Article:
In my last entry, I told you we were going to look at the last question Jacob asked of the Man he wrestled with until daybreak. I also warned you of the possibility of encountering your own wrestling match and exhorted you not to let go – under any circumstances!
So guess what happened to me earlier this week?
Exactly. And it was painful! Don’t let anyone kid you into thinking that this wrestling thing is all just figurative language – there is a real soul wrestling that will require something real of us if we are to hold on to the end and see the blessing that the Father would bestow.
“O God, let us be a generation that seeks – that seeks Your face, O God of Jacob.”
Have you ever meditated on this familiar lyric fashioned from Psalm 24? The psalm describes a generation that seeks after the face of God and declares that the God of their salvation will grant blessing and righteousness to the man or woman who lives after that same manner of life.
I’m forcing myself to reserve the first four verses of the psalm for another day to focus this entry on the epic wrestling match of a man who refused to be satisfied with the “happy quo.” I’m also holding off on the first part of the chapter because I believe that a Jacob-esque pursuit of the face of God is the prerequisite to clean hands and a pure heart (among other things).
If you’ve been chasing the American dream for long, you’ve probably figured out that this “pursuit of happiness” bit is at best elusive and at worst merely cheese to draw you into the rat race and keep you running. That’s probably because the whole concept was an edit to John Locke’s trinity of rights to “life, liberty and property.” Happiness definitely sounds better, but I’m not so sure Americans (or anyone else, for that matter) don’t believe the two to be synonymous. There’s a reason possession is nine-tenths of the law, folks.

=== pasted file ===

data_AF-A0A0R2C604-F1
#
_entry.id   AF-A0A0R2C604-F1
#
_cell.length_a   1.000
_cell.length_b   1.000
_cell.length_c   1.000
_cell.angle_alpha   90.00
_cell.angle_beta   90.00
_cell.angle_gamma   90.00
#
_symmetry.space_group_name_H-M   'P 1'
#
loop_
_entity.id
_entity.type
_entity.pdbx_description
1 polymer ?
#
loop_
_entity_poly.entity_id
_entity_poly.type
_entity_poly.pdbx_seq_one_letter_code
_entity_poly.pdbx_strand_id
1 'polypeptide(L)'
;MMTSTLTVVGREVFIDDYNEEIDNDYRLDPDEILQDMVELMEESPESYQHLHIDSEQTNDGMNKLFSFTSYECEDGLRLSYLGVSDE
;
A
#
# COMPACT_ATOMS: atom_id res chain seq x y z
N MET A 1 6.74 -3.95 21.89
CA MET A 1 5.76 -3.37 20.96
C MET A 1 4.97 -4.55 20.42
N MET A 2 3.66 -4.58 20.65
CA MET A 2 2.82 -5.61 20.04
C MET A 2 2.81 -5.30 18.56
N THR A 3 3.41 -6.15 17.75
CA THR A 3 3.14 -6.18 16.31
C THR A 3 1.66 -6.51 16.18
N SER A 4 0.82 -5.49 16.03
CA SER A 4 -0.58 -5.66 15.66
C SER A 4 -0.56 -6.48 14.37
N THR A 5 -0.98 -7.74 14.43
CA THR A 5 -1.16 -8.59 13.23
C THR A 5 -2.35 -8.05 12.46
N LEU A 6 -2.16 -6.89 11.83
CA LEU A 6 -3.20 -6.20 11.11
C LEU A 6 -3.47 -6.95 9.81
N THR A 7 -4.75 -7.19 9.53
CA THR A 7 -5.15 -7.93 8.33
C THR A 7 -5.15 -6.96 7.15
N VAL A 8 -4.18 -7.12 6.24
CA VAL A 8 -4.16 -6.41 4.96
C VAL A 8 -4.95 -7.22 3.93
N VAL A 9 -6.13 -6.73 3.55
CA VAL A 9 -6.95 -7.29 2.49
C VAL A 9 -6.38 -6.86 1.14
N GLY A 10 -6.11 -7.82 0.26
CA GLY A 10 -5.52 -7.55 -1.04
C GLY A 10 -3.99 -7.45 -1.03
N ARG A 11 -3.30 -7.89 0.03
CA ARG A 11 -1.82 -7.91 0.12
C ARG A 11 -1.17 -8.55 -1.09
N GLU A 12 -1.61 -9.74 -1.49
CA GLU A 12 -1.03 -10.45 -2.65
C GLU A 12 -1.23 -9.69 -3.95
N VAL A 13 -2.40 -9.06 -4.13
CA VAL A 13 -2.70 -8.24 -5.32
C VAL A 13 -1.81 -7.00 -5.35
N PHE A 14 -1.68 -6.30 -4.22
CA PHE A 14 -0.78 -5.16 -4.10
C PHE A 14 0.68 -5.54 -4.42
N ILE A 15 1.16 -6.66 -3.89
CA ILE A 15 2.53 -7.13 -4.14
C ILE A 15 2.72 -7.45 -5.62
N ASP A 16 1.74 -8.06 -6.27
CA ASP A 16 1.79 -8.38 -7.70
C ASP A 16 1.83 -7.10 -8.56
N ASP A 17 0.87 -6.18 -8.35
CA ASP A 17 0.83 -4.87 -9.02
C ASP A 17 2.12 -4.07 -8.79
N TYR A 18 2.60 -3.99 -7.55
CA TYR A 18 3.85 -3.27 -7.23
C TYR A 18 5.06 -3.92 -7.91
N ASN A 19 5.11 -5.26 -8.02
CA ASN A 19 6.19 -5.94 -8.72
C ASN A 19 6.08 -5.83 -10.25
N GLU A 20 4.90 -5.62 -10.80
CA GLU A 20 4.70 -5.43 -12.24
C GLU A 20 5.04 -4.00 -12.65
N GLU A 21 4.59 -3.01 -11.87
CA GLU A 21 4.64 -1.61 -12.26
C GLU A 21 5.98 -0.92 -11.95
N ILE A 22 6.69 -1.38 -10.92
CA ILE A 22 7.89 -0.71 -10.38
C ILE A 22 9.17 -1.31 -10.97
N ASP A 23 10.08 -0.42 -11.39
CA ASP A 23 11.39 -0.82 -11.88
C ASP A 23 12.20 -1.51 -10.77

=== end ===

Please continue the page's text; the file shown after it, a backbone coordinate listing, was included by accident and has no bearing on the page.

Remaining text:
No matter how enlightened we may claim to be, it is man’s nature to perpetually pursue and acquire things – even things that aren’t things, like our families and our reputations. Things that are ours! Things that make us happy! Why do you think the disciples were so appalled when Jesus told them that it was easier for a camel to go through the eye of a needle than for a rich man to enter the kingdom of heaven? If a rich man isn’t “blessed’ enough to enter the kingdom, then who can be saved?
This is the same paradigm shift that makes the beatitudes so radical. Jesus’ words strike blow after blow to everything most of us spend our entire lives pursuing in one way or another. Blessed is a word that doesn’t really like to be defined in any language, but the reality is that the Greek’s best guess at its meaning was simply, “happy,” and the Hebrews likely viewed it in such a context as a gift. But how can the poor or the mourning be happy? And what kind of gift is persecution?